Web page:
For the purposes of this discussion, an MoU specifically with regards to the signed MoU between Ethiopia and the aforementioned Northern Region of Somalia may qualify as an agreement within the meaning of agreements in the Vienna Convention as the said MoU was signed in connection with the conclusion of a future treaty for the further collaboration intended between the two parties of the MoU. Therefore, Article 6 of the convention is of key application with regards to the MoU and when read in conjuncture with the provisional Constitution of Somalia, the MoU in question is null and void ab initio as the agreement to create an MoU has to be concluded by the state government and not a region of a country.

The legal path for the said MoU ought to have been through the highest authorities of the Federal Republic of Somalia i.e. the federal government in Mogadishu. The provisional Constitution under Article 53 as read with Article 54 is very clear as to the exclusive and legitimate right of the federal government in Mogadishu to enter into international agreements especially in matters related to foreign affairs, economy, national defense, and security.10 Such agreements also require the approval of the Federal Parliament of Somalia, the process of accession.

Moreover, Article 7(2) of the Vienna Convention on the Law of Treaties states that only Heads of States, Head of Government and Ministers of Foreign Affairs for the purposes of performing acts relating to the conclusion of a treaty.11 The second proviso of the same Article adds heads of diplomatic mentions, for the purpose of adopting the text of a treaty between the acceding state and the other state. The leader of the northern region of Somaliland does not fall under any of those categories mentioned in the article. To reiterate, Somaliland is not a de jure state rather a region of Somalia and Muse Bihi, the leader of said region does not and cannot represent Somalia in the conclusion of international agreements.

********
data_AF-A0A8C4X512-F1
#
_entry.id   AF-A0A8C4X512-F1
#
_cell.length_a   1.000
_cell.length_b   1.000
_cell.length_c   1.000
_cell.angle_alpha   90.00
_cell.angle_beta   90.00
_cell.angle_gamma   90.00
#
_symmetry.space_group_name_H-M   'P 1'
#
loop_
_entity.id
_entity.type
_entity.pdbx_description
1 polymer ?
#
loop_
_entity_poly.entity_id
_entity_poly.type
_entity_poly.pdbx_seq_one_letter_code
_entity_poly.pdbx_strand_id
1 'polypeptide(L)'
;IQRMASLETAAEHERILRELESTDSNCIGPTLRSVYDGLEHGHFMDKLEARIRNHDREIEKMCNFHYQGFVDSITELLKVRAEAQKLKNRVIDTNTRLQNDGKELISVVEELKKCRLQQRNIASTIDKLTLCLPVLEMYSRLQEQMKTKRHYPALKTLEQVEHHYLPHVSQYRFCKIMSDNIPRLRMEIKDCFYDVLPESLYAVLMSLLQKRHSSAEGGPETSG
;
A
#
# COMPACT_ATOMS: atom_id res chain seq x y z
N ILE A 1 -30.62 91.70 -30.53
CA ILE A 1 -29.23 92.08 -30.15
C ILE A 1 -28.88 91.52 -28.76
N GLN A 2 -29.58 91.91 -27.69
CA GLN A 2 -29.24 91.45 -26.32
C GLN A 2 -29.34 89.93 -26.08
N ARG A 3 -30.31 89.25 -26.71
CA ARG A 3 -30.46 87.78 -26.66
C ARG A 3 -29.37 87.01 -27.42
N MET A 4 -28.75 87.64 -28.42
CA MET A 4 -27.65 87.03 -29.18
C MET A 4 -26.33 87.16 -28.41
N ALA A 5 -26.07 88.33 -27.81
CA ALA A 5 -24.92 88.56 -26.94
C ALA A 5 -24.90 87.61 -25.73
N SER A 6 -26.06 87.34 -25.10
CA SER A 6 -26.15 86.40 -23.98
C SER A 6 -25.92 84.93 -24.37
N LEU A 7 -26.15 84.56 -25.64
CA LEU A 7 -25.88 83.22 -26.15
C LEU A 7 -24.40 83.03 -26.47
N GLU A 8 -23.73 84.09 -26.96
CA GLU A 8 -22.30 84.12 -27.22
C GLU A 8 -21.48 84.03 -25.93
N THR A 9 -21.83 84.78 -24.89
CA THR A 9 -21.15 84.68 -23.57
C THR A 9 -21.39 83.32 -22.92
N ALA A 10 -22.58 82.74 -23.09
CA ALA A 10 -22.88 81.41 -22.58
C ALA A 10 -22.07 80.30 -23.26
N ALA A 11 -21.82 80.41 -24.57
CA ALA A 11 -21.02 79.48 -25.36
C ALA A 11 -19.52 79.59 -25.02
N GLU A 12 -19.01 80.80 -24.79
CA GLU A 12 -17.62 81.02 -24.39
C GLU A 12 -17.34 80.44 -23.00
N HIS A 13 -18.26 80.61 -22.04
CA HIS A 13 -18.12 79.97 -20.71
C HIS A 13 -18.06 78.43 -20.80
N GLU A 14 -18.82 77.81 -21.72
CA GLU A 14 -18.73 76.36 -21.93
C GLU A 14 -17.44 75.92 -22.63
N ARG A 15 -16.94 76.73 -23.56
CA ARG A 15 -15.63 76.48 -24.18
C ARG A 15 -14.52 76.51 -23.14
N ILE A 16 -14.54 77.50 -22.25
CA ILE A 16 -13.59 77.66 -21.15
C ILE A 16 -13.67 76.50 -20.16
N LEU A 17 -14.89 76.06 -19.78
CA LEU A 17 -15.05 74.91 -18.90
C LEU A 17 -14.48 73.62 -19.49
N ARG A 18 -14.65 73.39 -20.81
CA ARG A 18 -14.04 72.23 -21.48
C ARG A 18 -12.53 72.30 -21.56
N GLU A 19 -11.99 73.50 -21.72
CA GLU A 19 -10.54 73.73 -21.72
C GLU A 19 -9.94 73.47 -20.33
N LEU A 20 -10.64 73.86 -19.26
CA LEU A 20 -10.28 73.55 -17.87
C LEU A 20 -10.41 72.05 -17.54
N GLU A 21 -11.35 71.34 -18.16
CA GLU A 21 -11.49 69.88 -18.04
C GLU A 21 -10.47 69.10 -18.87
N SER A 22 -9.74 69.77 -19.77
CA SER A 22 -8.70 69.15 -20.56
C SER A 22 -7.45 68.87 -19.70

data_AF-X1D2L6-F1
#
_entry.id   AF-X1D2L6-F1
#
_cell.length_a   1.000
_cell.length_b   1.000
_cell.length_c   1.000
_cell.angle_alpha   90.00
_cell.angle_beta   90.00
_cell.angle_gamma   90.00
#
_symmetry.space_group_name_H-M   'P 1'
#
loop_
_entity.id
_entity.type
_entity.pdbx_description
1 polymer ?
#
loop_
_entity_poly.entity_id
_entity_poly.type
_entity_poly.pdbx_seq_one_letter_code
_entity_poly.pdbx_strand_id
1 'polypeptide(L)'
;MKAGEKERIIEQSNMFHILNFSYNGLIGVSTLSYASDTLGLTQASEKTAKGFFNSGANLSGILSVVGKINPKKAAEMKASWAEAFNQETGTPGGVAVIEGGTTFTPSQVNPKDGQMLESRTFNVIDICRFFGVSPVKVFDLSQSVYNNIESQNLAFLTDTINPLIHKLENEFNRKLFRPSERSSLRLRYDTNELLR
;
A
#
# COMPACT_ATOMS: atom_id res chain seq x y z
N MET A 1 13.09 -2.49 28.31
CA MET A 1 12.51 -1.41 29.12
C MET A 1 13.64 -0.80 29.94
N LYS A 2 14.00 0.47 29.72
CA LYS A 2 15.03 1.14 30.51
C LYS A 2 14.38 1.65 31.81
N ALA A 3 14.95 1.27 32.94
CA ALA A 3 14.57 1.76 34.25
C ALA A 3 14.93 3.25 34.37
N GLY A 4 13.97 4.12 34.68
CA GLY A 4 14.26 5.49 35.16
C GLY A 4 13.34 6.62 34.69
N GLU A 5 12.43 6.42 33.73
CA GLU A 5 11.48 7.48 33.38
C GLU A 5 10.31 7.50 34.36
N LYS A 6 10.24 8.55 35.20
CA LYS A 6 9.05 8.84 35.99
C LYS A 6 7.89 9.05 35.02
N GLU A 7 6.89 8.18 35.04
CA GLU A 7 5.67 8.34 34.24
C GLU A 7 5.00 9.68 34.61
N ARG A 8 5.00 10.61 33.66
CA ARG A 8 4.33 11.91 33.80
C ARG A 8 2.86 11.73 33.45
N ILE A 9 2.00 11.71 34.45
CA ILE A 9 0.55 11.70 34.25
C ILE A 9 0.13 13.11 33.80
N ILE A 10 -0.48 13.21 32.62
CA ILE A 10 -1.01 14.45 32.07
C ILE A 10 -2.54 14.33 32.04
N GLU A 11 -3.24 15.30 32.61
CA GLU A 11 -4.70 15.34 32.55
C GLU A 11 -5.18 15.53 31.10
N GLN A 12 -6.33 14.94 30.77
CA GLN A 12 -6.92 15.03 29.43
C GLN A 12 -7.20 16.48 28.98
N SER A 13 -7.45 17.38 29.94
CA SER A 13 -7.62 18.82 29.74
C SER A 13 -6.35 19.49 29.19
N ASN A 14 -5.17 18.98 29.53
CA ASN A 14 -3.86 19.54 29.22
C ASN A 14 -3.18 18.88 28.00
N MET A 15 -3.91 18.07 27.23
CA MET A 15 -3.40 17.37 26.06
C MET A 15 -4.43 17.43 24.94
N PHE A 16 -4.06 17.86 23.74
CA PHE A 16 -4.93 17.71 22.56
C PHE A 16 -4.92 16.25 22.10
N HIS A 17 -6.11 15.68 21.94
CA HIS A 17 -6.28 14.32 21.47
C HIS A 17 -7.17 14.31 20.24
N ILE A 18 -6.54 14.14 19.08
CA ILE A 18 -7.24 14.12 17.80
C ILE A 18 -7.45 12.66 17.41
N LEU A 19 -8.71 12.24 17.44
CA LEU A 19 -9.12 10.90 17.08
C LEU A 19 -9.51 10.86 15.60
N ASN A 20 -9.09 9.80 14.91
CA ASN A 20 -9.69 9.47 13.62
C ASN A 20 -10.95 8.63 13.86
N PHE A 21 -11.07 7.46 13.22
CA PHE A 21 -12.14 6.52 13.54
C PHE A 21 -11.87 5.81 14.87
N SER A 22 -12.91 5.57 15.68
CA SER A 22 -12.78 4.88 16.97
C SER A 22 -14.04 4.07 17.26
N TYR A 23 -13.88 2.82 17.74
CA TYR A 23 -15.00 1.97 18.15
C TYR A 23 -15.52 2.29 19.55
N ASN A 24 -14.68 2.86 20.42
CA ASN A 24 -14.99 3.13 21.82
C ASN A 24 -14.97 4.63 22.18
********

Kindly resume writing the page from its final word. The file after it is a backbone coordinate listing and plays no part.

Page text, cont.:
In any case, since Muse Bihi does not fall within the persons so mentioned in Article 7(2) of aforementioned convention, any action committed by the leader in connection to the conclusion of a treaty such as the MoU in question has no legal effect whatsoever until confirmed by the government in Mogadishu. On this, the federal government has vehemently denied the legality of said MoU and has deemed the actions of Muse Bihi to be in violation of Article 51 of the provisional Constitution which necessitates that all levels of government must comply with the national Constitution.

Article 51 of the Constitution also adds that any regional government which the northern region of Somalia is, must not assume more powers than the Constitution allocates for it.12 The signing of the MoU in question by Somaliland and Muse Bihi was at the very least ultra vires and contrary to the provisions of the Constitution of Somalia. Even worse, socio-politically, this follows as the leader’s actions have deteriorated the position of Somaliland especially with his military approach and handling of Laascaanod which has led to the alienation of a major populous of the northern region of Somalia.

To this end, the Vienna Convention provides the following avenue applicable to the MoU signed on 1st January 2024. On absolute grounds, the MoU which was signed in connection to a future treaty between the Federal Democratic Republic of Ethiopia and Somalia’s northern region is void ab initio. This is pursuant to Article 46 of said convention concerning the failure to comply with internal law regarding competence to conclude a treaty.13 As shown above in this paper, neither Somaliland nor Muse Bihi possess the requisite competence to engage in such an MoU.

 

  1. Ethiopian violation of the territorial integrity and sovereignty of Somalia

Having focused thus far on the very illegality of the signed MoU between Ethiopia and Somalia’s northern region, Somaliland, this section will analyze Ethiopia’s violation of Somalia’s territorial integrity. PM Abiy Ahmed Ali has been described by many to be the most destabilizing factor and leader in the Horn of Africa region. As one US-based firm put it, the PM after massacring his people including the Tigrayans, the Somalis, the Oromos, the Amharas and basically anyone who stands in his way of power has now embarked on violating the territorial integrity of Somalia.